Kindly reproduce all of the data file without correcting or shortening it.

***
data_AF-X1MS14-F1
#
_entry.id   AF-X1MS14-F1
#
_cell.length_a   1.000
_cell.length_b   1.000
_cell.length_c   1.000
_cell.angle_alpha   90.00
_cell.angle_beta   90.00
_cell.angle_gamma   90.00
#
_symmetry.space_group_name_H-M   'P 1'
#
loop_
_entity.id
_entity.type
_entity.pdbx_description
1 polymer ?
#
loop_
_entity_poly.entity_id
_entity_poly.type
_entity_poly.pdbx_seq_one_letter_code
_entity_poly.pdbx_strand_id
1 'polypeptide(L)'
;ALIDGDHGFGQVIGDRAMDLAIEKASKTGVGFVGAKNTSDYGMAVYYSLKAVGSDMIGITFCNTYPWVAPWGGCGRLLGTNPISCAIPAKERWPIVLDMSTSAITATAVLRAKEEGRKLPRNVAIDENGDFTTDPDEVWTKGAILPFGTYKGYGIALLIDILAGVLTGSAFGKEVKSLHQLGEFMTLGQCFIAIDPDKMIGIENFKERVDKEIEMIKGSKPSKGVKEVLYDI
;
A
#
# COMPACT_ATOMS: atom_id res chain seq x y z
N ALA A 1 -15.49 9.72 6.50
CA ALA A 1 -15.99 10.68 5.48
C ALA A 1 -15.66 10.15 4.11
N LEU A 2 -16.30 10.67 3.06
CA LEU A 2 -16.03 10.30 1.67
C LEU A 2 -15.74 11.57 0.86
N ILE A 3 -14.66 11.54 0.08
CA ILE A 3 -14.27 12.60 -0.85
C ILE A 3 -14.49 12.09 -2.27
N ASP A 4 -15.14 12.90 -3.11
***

data_AF-X1MS14-F1
#
_entry.id   AF-X1MS14-F1
#
_cell.length_a   1.000
_cell.length_b   1.000
_cell.length_c   1.000
_cell.angle_alpha   90.00
_cell.angle_beta   90.00
_cell.angle_gamma   90.00
#
_symmetry.space_group_name_H-M   'P 1'
#
loop_
_entity.id
_entity.type
_entity.pdbx_description
1 polymer ?
#
loop_
_entity_poly.entity_id
_entity_poly.type
_entity_poly.pdbx_seq_one_letter_code
_entity_poly.pdbx_strand_id
1 'polypeptide(L)'
;ALIDGDHGFGQVIGDRAMDLAIEKASKTGVGFVGAKNTSDYGMAVYYSLKAVGSDMIGITFCNTYPWVAPWGGCGRLLGTNPISCAIPAKERWPIVLDMSTSAITATAVLRAKEEGRKLPRNVAIDENGDFTTDPDEVWTKGAILPFGTYKGYGIALLIDILAGVLTGSAFGKEVKSLHQLGEFMTLGQCFIAIDPDKMIGIENFKERVDKEIEMIKGSKPSKGVKEVLYDI
;
A
#
# COMPACT_ATOMS: atom_id res chain seq x y z
N ALA A 1 -15.49 9.72 6.50
CA ALA A 1 -15.99 10.68 5.48
C ALA A 1 -15.66 10.15 4.11
N LEU A 2 -16.30 10.67 3.06
CA LEU A 2 -16.03 10.30 1.67
C LEU A 2 -15.74 11.57 0.86
N ILE A 3 -14.66 11.54 0.08
CA ILE A 3 -14.27 12.60 -0.85
C ILE A 3 -14.49 12.09 -2.27
N ASP A 4 -15.14 12.90 -3.11